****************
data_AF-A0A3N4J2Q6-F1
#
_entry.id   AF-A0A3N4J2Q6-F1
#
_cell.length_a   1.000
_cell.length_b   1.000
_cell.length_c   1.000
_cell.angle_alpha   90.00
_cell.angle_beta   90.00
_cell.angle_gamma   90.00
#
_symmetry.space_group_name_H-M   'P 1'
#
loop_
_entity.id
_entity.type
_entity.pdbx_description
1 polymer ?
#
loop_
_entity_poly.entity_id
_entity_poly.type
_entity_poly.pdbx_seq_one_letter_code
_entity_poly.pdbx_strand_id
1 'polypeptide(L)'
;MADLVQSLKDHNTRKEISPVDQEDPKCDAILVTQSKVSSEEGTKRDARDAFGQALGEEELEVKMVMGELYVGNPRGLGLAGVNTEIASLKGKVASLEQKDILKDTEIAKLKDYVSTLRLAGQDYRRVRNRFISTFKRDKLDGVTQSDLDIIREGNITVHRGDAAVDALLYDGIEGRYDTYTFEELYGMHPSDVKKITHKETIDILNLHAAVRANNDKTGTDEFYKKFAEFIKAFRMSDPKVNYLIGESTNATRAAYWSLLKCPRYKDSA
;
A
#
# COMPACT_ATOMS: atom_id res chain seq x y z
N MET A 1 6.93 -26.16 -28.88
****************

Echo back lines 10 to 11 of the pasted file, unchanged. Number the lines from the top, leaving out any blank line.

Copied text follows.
_cell.angle_gamma   90.00
#